JUNEAU SALES TAXES: Juneau dedicates part of its sales tax to different grant recipients, who compete for it annually. It would take a 23 percent tax to pay for all the requests if they were all funded, says Assembly Member Debbie White. In other words, a lot of those applicants are going to be disappointed.
SHORT-LISTED: We’re hearing that Joe Balash, chief of staff for Sen. Dan Sullivan, is on the list for a possible appointment in the Trump Administration as Assistant Secretary of the Interior for Lands and Minerals. That’s huge, but that’s not all:
- Steve Wackowski, former campaign manager for Lisa Murkowski, might be in the running for a special assistant position.
- Tara Sweeney, longtime boss of external affairs at ASRC, is being considered for Assistant Secretary of the Interior for Indian Affairs.
- Drue Pearce, former Alaska Senate president, is on the list for the Federal Pipeline and Hazardous Materials Safety Administration. She used to be the Federal Pipeline Coordinator under GW Bush.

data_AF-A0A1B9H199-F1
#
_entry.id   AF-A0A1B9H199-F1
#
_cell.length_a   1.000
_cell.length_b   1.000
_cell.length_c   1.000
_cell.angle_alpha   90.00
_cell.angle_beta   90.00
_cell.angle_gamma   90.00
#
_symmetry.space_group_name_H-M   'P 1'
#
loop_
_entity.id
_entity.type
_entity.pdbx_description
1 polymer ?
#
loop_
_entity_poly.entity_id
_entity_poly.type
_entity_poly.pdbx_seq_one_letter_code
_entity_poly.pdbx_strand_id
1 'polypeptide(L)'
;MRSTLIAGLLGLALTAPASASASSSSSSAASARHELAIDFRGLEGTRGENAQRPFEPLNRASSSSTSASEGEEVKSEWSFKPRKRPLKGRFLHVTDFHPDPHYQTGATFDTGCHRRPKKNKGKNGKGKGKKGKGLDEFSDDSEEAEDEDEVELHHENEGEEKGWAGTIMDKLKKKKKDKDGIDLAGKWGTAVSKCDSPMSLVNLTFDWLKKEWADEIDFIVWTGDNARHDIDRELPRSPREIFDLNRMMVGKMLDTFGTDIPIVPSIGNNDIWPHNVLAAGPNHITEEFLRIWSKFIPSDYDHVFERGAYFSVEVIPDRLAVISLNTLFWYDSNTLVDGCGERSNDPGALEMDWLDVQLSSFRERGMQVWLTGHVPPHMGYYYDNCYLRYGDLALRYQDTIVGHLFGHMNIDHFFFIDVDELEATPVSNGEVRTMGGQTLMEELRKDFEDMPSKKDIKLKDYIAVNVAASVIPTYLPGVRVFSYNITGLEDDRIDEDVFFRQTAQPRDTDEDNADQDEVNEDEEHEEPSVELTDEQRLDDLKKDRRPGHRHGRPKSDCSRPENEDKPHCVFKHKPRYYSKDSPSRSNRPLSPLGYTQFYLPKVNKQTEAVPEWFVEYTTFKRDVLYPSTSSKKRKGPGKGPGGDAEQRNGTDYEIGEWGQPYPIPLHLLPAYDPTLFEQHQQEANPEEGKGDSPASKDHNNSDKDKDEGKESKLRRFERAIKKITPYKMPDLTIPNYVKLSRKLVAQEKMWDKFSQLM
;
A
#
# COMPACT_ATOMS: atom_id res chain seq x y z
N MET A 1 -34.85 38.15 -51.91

- Chat Padgett, Rep. Don Young’s state director, may get tapped for an Agriculture Department post based in Alaska.
- And then there’s are openings for EPA District 10 agency chief, the U.S. Attorney for Alaska and the U.S. Marshall. No word on prospects for those.
ASRC HOSTS GOVERNOR: While in Washington, D.C. for the National Governors Association, Gov. Bill Walker and others in his posse attended a reception hosted by ASRC. Spotted were Mrs. Donna Walker, Communications Director Grace Jang, Chief of Staff Scott Kendall, DNR Commissioner Andy Mack, Fairbanks Office Manager Melissa Stepovich, Acting Attorney General Jahna Lindemuth, and HSS Commissioner Valerie Davidson. So much for the travel ban.
North Slope Borough, ASRC, and the Alaska Eskimo Whaling Commission were all in the nation’s capital putting their wish lists on the desks of everyone who mattered.